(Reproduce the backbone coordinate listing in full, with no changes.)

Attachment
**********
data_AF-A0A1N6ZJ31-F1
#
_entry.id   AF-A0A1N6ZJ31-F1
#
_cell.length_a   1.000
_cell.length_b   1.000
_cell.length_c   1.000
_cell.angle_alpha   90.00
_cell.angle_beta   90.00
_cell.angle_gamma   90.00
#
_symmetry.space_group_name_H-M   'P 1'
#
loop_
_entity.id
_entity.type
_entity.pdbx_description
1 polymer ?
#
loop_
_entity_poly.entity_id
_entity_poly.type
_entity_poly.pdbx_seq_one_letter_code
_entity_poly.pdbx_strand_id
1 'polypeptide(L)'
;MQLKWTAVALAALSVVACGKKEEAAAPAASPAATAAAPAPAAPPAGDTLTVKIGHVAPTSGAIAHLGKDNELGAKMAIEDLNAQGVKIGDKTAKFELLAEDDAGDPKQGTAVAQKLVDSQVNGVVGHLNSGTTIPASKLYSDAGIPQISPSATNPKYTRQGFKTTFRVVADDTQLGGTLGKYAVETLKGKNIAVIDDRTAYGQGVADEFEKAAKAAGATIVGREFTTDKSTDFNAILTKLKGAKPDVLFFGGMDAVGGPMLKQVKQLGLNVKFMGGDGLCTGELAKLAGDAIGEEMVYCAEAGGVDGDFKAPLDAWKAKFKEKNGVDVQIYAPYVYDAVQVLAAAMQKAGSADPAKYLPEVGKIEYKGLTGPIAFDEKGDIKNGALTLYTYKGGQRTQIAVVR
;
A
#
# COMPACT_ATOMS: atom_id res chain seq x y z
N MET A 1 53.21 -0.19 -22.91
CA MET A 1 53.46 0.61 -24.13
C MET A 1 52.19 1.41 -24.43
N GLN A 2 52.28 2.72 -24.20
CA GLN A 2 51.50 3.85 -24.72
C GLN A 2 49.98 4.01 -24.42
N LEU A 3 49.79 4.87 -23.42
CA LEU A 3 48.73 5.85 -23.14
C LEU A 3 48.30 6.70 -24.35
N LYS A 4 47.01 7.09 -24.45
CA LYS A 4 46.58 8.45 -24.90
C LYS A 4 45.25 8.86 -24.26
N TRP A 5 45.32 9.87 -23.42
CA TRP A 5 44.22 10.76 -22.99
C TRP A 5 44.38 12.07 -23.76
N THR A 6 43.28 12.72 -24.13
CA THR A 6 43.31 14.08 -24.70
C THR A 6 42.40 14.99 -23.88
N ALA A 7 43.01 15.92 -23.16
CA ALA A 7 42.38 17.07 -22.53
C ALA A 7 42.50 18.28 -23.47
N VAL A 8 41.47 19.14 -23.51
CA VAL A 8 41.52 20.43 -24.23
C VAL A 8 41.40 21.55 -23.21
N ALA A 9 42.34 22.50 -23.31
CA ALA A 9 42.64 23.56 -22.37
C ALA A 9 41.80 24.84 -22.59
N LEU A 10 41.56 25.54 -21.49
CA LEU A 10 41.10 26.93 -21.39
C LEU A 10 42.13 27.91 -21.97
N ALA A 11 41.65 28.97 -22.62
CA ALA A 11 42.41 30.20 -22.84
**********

data_AF-A0A1N6ZJ31-F1
#
_entry.id   AF-A0A1N6ZJ31-F1
#
_cell.length_a   1.000
_cell.length_b   1.000
_cell.length_c   1.000
_cell.angle_alpha   90.00
_cell.angle_beta   90.00
_cell.angle_gamma   90.00
#
_symmetry.space_group_name_H-M   'P 1'
#
loop_
_entity.id
_entity.type
_entity.pdbx_description
1 polymer ?
#
loop_
_entity_poly.entity_id
_entity_poly.type
_entity_poly.pdbx_seq_one_letter_code
_entity_poly.pdbx_strand_id
1 'polypeptide(L)'
;MQLKWTAVALAALSVVACGKKEEAAAPAASPAATAAAPAPAAPPAGDTLTVKIGHVAPTSGAIAHLGKDNELGAKMAIEDLNAQGVKIGDKTAKFELLAEDDAGDPKQGTAVAQKLVDSQVNGVVGHLNSGTTIPASKLYSDAGIPQISPSATNPKYTRQGFKTTFRVVADDTQLGGTLGKYAVETLKGKNIAVIDDRTAYGQGVADEFEKAAKAAGATIVGREFTTDKSTDFNAILTKLKGAKPDVLFFGGMDAVGGPMLKQVKQLGLNVKFMGGDGLCTGELAKLAGDAIGEEMVYCAEAGGVDGDFKAPLDAWKAKFKEKNGVDVQIYAPYVYDAVQVLAAAMQKAGSADPAKYLPEVGKIEYKGLTGPIAFDEKGDIKNGALTLYTYKGGQRTQIAVVR
;
A
#
# COMPACT_ATOMS: atom_id res chain seq x y z
N MET A 1 53.21 -0.19 -22.91
CA MET A 1 53.46 0.61 -24.13
C MET A 1 52.19 1.41 -24.43
N GLN A 2 52.28 2.72 -24.20
CA GLN A 2 51.50 3.85 -24.72
C GLN A 2 49.98 4.01 -24.42
N LEU A 3 49.79 4.87 -23.42
CA LEU A 3 48.73 5.85 -23.14
C LEU A 3 48.30 6.70 -24.35
N LYS A 4 47.01 7.09 -24.45
CA LYS A 4 46.58 8.45 -24.90
C LYS A 4 45.25 8.86 -24.26
N TRP A 5 45.32 9.87 -23.42
CA TRP A 5 44.22 10.76 -22.99
C TRP A 5 44.38 12.07 -23.76
N THR A 6 43.28 12.72 -24.13
CA THR A 6 43.31 14.08 -24.70
C THR A 6 42.40 14.99 -23.88
N ALA A 7 43.01 15.92 -23.16
CA ALA A 7 42.38 17.07 -22.53
C ALA A 7 42.50 18.28 -23.47
N VAL A 8 41.47 19.14 -23.51
CA VAL A 8 41.52 20.43 -24.23
C VAL A 8 41.40 21.55 -23.21
N ALA A 9 42.34 22.50 -23.31
CA ALA A 9 42.64 23.56 -22.37
C ALA A 9 41.80 24.84 -22.59
N LEU A 10 41.56 25.54 -21.49
CA LEU A 10 41.10 26.93 -21.39
C LEU A 10 42.13 27.91 -21.97
N ALA A 11 41.65 28.97 -22.62
CA ALA A 11 42.41 30.20 -22.84